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Seven Days, Santa Monica, Hollywood

Blue Man Group Wows Hollywood Bowl Audiences With Experimental Music

Blue Man Group invaded the Hollywood Bowl alongside the Hollywood Bowl Orchestra and its Principal Guest Conductor Thomas Wilkins.
Courtesy Of Hollywood Bowl
Blue Man Group invaded the Hollywood Bowl alongside the Hollywood Bowl Orchestra and its Principal Guest Conductor Thomas Wilkins.

Posted Sep. 8, 2013, 12:03 pm

Brenton Garen / Editor-in-Chief

The Blue Man Group performed at the Hollywood Bowl Friday and Saturday nights, wowing audiences with their experimental music, comedy, and multimedia acts.

The night also saw the debut of three original compositions from the minds of Blue Man Group, arranged specifically and performed live by the Hollywood Bowl Orchestra.

Principal guest conductor Thomas Wilkins opened the night with remarks about how the orchestra was delighted to team up with the Blue Man Group.

“We have been waiting for weeks and weeks and months and months talking about this Blue Man Group thing,” Wilkins said. “All of us in this space are anxiously waiting to see what they have brought.”

One of the opening acts began with a voice over in a deep voice as the three blue men took positions center stage behind a PVC pipe contraption.

“Thank you for purchasing orchestral composition for dummies,” the voice over boomed. “Now you can join the list of satisfied customers who have used these guidelines to create orchestral compositions without having to waste years and years at the Colburn School. Before we begin, try this exercise.”

The voice described the steps to composing music like establishing a basic motif, then considering pitch, and creating a melody. As each step was explained, the blue men used paddles to strike the different PVC pipe holes to create drum-like sounds.

The voice over continued: “If you are fortunate enough to be composing for a 100 piece orchestra, you should consider how to fully utilize this powerful resource.”

The orchestra then hit a single note all at the same time, startling the Blue Men so much that they ducked and threw their paddles in the air to the audience’s delight.

“It might not be a good idea to bring in all instruments at once,” the voice over explained.

The voice over talked about understanding the different emotional nuances each section of the orchestra has to offer. The voice over explained each section of the orchestra who each played a short piece, all while the Blue Men continued to vigorously paddle on the PVC pipes.

One of the highlights of the night was the Blue Man Group’s famed “Medley routine.” One of the Blue Men held a straight PVC pipe that was curved at one end while another of the Blue Men started drumming on one end. As one end of the pipe was extendable, the Blue Men then changed the length of the pipes to create different sounds. A third Blue Man joined in the act by adding another pipe, again giving another set of unique sounds.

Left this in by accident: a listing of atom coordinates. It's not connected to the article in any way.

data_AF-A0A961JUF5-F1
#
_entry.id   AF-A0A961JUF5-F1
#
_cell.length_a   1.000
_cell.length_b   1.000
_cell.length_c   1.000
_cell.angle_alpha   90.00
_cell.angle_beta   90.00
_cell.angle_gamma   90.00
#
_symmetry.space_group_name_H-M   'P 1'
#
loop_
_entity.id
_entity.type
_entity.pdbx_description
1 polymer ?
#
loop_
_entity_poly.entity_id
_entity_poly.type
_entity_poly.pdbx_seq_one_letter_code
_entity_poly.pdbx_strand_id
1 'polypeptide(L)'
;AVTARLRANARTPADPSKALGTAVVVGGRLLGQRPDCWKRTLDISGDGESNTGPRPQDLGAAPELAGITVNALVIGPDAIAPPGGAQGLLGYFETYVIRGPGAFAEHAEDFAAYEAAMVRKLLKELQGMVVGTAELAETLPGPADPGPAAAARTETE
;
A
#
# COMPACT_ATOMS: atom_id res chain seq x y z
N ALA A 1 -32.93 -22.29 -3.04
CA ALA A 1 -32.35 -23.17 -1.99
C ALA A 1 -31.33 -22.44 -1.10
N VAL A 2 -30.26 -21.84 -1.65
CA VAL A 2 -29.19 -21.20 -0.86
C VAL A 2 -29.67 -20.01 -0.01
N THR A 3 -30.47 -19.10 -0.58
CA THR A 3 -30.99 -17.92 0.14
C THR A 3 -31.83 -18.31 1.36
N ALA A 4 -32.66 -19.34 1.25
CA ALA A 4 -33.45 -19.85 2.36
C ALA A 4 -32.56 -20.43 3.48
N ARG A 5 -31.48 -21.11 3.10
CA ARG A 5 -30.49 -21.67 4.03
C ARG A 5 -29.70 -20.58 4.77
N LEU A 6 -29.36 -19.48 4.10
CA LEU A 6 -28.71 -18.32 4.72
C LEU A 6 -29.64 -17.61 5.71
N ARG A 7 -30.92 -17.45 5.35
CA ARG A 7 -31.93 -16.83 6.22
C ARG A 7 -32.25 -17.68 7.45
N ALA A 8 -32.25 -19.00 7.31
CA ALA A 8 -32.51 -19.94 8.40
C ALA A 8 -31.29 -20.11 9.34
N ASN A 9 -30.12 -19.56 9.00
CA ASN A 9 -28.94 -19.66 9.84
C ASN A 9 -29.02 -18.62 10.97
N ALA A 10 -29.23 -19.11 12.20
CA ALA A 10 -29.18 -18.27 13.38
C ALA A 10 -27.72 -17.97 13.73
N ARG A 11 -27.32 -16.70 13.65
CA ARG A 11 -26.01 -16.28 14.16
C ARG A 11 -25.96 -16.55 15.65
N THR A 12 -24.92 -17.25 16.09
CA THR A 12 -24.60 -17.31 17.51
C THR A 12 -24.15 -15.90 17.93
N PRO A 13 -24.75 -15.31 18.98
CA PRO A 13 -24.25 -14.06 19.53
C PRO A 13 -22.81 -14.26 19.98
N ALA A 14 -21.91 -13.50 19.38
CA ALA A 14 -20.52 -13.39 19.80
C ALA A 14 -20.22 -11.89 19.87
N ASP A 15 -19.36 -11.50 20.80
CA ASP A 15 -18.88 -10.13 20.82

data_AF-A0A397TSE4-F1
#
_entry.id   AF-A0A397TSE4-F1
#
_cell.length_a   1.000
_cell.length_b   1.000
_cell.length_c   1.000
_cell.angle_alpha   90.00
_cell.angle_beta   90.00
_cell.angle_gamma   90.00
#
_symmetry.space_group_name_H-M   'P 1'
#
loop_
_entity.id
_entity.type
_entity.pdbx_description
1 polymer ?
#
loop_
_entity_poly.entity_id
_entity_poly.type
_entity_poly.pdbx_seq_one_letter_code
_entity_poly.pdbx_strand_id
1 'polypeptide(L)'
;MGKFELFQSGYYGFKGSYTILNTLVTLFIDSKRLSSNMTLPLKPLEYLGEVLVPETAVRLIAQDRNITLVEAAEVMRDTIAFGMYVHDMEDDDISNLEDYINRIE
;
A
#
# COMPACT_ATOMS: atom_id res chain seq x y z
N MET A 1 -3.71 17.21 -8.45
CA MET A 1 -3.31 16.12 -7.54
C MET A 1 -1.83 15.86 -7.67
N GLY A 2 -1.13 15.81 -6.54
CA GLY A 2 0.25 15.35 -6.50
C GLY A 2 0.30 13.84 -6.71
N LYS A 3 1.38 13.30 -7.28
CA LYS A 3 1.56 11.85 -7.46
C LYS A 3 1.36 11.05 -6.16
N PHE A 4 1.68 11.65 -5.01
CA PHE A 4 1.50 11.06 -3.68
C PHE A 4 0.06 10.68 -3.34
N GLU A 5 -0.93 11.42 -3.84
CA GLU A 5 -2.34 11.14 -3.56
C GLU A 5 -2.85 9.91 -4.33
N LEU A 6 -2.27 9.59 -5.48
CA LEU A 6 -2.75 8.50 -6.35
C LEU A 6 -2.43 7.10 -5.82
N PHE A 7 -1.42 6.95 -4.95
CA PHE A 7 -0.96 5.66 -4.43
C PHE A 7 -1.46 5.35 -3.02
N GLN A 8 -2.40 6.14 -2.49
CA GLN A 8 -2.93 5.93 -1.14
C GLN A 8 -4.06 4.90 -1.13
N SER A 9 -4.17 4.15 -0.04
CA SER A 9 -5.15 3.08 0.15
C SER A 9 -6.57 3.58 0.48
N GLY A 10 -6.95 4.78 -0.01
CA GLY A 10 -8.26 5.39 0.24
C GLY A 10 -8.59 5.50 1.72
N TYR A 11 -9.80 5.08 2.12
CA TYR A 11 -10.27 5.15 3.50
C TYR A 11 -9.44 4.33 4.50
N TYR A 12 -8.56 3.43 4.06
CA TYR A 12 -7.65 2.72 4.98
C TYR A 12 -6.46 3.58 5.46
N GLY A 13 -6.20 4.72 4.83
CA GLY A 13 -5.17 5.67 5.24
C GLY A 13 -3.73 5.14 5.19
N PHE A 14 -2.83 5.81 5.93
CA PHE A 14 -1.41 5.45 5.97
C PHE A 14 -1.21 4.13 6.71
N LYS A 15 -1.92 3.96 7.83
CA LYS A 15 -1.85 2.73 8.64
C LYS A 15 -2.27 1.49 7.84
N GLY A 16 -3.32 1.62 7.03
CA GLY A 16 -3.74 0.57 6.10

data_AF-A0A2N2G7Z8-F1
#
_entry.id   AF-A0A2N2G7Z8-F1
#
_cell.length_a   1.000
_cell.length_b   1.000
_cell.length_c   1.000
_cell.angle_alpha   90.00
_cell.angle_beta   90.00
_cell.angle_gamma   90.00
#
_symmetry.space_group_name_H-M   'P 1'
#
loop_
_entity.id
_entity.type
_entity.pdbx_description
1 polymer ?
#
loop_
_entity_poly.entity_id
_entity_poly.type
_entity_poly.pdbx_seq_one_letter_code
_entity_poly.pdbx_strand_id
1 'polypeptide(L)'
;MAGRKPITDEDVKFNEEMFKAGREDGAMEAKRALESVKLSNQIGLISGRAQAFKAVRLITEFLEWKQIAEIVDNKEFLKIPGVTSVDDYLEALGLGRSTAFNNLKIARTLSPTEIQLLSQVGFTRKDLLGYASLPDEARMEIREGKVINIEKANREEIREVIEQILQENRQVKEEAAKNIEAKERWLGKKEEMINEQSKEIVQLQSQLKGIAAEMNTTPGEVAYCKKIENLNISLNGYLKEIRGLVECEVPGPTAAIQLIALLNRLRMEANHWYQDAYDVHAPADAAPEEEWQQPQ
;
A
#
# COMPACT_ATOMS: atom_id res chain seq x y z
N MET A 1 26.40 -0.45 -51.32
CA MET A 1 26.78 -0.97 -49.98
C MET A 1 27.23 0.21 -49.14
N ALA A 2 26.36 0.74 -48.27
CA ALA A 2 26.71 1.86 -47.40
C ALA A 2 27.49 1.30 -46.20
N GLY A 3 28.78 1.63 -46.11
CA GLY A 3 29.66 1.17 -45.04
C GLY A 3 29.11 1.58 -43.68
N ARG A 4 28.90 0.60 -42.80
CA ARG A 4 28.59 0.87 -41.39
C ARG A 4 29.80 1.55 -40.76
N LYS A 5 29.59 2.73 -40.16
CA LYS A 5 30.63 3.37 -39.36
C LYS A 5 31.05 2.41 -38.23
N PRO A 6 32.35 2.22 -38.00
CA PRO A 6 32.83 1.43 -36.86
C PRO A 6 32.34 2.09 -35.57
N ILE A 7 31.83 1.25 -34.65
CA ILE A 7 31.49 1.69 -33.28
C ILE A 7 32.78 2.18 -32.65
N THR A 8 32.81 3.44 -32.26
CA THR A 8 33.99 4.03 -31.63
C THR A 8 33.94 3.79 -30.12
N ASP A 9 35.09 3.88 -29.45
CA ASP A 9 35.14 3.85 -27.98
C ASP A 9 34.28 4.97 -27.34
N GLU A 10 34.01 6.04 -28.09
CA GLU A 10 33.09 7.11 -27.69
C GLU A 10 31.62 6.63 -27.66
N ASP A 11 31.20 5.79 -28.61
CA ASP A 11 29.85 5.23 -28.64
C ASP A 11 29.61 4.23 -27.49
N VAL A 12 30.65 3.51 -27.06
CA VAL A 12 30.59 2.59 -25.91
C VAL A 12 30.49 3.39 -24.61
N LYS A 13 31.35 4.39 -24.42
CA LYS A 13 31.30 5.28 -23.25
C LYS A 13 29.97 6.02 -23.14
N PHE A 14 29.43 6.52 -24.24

There was plenty of comedy throughout the show with constant “laugh out loud” moments. In one act the Blue Men placed conductor Wilkins in a large wooden box so they could take over conducting the orchestra.

Instead of using a conductor’s batton, the Blue Men pulled out various props that triggered the orchestra into playing classic movie tunes.

A few examples was a toy shark that triggered the “Jaws” theme, a flame for “Chariots of Fire,” a light saber for “Star Wars,” and a cape for “Superman” were among the highlights.

This act continued with one of the Blue Men putting on a white curly wig to portray Beethoven as he conducted the orchestra on his own.

This Blue Men released Wilkins from the wooden box when they lost control of an opera singer. Wilkins marched to center stage, silencing the orchestra and then walked over and shut the mouth of the opera singer who was in the middle of holding an extremely long note.

Wilkins was a joy to watch as he continued with his playful and interactive role with the Blue Men throughout the entire show. At one point after intermission, he was taken out back, covered in blue paint, tied by rope to a huge crane in the parking lot directly behind the Bowl stage, lifted so the bowl audience could see him dangle, before cameras filmed him as he was "dropped" onto a large inflatable blow up landing pad.

Although it was a stunt-double, the reaction from the audience was utter delight.

The night featured an array of special guests including Brazilian band Monobloco, Grammy nominee Tracy Bonham, recording artist Butterscotch, and famed Venice Beach Boardwalk performer/artist Harry Perry.

Internationally acclaimed musicians who also made appearances were Natsuki Tamura (didgeridoo), Brian Wolff (tuba), Janeen Rae Heller (musical saw), William Zeitler (glass armonica), Charles Richard Lester (theremin), Arjuna (California throat singer), Ronobir Lahiri (sitar), Sara Leib (scat singer), and the Los Angeles Police Emerald Society Pipes and Drums.

Each evening concluded with a spectacular set of fireworks, which included the illumination of the outlines of the three Blue Men high above the Bowl stage.

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